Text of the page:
"3) Is the super heavy duty automatic cycle ok or i should change it to a "soak" (the washer only fills, agitates and starts the soak with intermitent agitations and continues forever until the user selects other cycle)"
To me that would be more of a Soak. If you do drain and spin at the end, simply call it "auto soak"
I am leaning more toward having it automatically drain and then spin after the soak period.
"Is there anything else I'm forgetting?"
IMO the auto bleach may not be worth it if cost is only a factor, but if not go for it. I think it will be a good selling point to get people to buy it. And yes- have it dispense for all cycles except rinse and spin and spin only. A 3rd water solenoid may be the best and most fail safe option instead of a wax motor but take that with a grain of salt as I am not the one designing the system.
BTW- I want to say that you are my hero. I have been looking for such a portable for close to two decades now. The back fill and recirculating pump are two huge bonuses for me.
Also- a brake band is not enough?
|Post# 981639 , Reply# 5   2/6/2018 at 13:18 by DADoES (TX, U.S. of A.)  || |
|Post# 981649 , Reply# 6   2/6/2018 at 14:53 by henene4 (Germany)  || |
I'd make it a seperate soak cycle, simple as you then can use it before any cycle.
The more agitation speeds the better IMO.
Warm rinse will probably increase your sales quite decently.
A second rinse option would be great, but don't know how to incorporate that with a 3-knob design.
|Post# 981658 , Reply# 7   2/6/2018 at 16:16 by earthling177 (Boston, MA)  || |
In my opinion, a place that toploaders are frequently lacking is the dispensers and cycles: I find it *much* more useful to have a dispenser for an automatic pre-wash than anything soak-related. I think it should pre-wash for a few minutes (6-10), drain, spin/spin-rinse/spin, then start washing with a new load of detergent and water. Cool/luke-warm/warm for prewash, cool/warm/hot for wash.
Also, if one doesn't need a pre-wash or a soak, it's helpful to remember that at 140F/60C it takes *at least* 15 minutes for the enzymes to work, and longer on warm/cool. It is helpful to have a washer that *can* agitate for 15-20 minutes without destroying the clothes. I never much cared for the washers that are so aggressive that they can't agitate stuff for 15 minutes without damage and resort to "soak" periods in the middle of the cycle.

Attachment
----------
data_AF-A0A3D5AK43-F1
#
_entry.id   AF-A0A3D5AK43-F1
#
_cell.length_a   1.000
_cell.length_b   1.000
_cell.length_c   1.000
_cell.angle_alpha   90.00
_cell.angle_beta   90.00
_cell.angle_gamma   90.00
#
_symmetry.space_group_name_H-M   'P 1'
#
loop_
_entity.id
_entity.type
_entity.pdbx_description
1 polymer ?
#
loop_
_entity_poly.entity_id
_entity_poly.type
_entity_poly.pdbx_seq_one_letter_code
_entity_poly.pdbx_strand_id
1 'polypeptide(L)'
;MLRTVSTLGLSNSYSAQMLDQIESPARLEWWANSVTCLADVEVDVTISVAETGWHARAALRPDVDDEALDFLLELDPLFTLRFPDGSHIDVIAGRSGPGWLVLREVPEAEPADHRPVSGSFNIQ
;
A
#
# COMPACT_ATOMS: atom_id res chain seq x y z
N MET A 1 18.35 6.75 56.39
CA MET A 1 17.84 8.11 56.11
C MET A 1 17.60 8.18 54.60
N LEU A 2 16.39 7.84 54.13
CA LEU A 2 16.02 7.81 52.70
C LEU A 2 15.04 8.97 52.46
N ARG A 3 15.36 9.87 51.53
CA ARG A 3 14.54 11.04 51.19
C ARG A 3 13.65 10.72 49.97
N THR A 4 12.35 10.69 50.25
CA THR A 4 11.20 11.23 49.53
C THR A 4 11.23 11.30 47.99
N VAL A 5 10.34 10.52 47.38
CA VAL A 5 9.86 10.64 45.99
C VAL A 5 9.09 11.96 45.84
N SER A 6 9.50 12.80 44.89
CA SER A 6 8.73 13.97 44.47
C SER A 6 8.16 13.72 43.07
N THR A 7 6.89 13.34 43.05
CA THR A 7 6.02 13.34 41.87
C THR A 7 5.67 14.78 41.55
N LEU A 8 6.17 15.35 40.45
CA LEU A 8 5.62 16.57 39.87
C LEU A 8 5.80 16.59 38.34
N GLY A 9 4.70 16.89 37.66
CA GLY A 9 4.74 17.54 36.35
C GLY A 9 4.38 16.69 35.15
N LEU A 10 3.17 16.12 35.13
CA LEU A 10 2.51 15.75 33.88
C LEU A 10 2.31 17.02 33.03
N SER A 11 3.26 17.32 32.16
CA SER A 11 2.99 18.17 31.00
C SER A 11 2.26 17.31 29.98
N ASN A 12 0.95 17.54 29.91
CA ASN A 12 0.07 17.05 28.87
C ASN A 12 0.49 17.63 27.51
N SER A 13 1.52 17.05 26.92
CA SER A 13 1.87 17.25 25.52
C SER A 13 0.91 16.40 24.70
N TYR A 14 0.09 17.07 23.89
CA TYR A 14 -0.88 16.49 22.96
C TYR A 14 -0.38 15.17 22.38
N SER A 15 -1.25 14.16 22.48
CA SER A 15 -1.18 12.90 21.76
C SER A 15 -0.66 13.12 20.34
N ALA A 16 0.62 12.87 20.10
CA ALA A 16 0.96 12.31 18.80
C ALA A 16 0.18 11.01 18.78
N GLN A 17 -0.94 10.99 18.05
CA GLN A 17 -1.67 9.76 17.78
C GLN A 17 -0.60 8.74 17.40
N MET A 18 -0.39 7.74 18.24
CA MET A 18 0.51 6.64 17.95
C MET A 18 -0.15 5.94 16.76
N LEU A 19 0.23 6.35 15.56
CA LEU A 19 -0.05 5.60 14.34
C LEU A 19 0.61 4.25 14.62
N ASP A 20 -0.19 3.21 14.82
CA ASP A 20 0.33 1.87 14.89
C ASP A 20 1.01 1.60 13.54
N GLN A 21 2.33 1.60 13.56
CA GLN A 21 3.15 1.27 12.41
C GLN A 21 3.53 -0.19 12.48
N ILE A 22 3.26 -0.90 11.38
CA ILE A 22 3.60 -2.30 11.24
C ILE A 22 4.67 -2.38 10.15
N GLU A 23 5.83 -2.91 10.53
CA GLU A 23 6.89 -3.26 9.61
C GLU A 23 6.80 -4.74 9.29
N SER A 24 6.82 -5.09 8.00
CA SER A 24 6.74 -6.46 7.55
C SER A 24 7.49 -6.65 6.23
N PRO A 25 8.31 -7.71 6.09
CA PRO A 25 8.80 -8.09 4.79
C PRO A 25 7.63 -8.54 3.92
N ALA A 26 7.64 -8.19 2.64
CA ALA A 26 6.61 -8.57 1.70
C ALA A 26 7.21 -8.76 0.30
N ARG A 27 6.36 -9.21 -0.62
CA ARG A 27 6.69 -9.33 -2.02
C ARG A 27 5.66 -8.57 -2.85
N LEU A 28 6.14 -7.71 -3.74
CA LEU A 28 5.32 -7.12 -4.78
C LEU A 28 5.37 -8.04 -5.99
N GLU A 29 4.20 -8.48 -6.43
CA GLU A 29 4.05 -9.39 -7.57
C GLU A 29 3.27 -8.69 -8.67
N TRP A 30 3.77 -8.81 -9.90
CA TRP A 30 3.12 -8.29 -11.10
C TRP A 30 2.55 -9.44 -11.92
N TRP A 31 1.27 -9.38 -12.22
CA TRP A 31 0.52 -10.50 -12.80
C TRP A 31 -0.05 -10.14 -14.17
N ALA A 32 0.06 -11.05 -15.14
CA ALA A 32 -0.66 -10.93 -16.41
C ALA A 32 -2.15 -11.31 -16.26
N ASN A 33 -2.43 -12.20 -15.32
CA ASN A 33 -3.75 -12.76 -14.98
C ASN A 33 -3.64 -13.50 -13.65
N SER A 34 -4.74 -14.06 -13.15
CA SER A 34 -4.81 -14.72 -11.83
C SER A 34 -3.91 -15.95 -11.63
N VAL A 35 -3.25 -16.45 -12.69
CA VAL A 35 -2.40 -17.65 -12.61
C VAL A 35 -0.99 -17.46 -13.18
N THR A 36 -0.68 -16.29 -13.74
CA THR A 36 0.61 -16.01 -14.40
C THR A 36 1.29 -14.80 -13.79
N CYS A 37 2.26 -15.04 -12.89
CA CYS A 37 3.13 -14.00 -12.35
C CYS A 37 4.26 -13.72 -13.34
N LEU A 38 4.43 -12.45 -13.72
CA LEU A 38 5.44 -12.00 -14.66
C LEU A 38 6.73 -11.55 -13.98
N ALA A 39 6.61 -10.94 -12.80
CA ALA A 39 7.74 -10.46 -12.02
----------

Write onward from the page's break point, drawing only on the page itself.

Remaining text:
Definitely a "spiral" agitator in my opinion.
Then again, I'd much rather buy a front loader anyway, so my opinion and 3 bucks might not be enough to buy a decent cup of coffee, depending on where you shop... ;-)
|Post# 981666 , Reply# 8   2/6/2018 at 17:08 by henene4 (Germany)  || |
Quite honestly, even though I do not know your setup, your limitations and do not want to tell you how your design should go, but a 5 knob design would be awesome and would do something you are trying to do in perfection.
My idea of a perfect topload washer would have a cycle selection, temperature selection, soil level selection, spin speed selection and an option selection.
Cycles would determine agitation profile. So it would be normal/cottons, synthetics, delicates, wool/handwash, a quick wash and eventually a bulky cycle, as well as a rinse&spin and seperate spin cycle.
Temperatures would be cold, cool, warm, medium, hot and extra hot, corresponding 20C, 30C, 40C, 50C, 60C and tap hot (tempered as needed for safety). A tap cold option would addable.
Soil levels could go from extra light to extra heavy, with 7 levels, the 5 lower ones without soak times, the 2 strongest once with soak times of 30min and 1h respectivley, with the latter having a 10 or so minute soak after the bleach has been added.
Spin speeds would be high, medium, low, extra low and rinse hold (though the latter might be a safety issue, so that would have to consulted with your lawyers).
Options would be a second rinse, warm rinse and a prewash, with combinations of those (if I'm not mistaken, that would be as many combinations as cycles).
The programming would level each selection to logic max values for every cycle, for example a warm rinse for synthetics would be cooler then one for cottons, and wool would be max warm.
However, another note for your main design: You should figure out dispenser designs that can dispense both liquid and powder additives.
That would be awesome for both detergents and oxi additives (bleach compartment).
|Post# 981670 , Reply# 9   2/6/2018 at 17:30 by DADoES (TX, U.S. of A.)  || |
henene4: Temperatures would be cold, cool, warm, medium, hot and extra hot, corresponding 20C, 30C, 40C, 50C, 60C and tap hot (tempered as needed for safety). A tap cold option would addable.50C would meet or exceed the typical tap-hot temperature in the majority of U.S. households, which makes 60C and tap-hot redundant. Water heaters typically are set at 120°F (49°C) at manufacture and the majority of homeowners are unlikely to change them.
|Post# 981673 , Reply# 10   2/6/2018 at 17:43 by henene4 (Germany)  || |
It would make it redundant for most, true, but not for those with really hot water setups, which, AFAIK, is most on AW.org and most who care about super clean washing.
|Post# 981699 , Reply# 11   2/7/2018 at 05:19 by thomasortega (Los Angeles - CA)  || |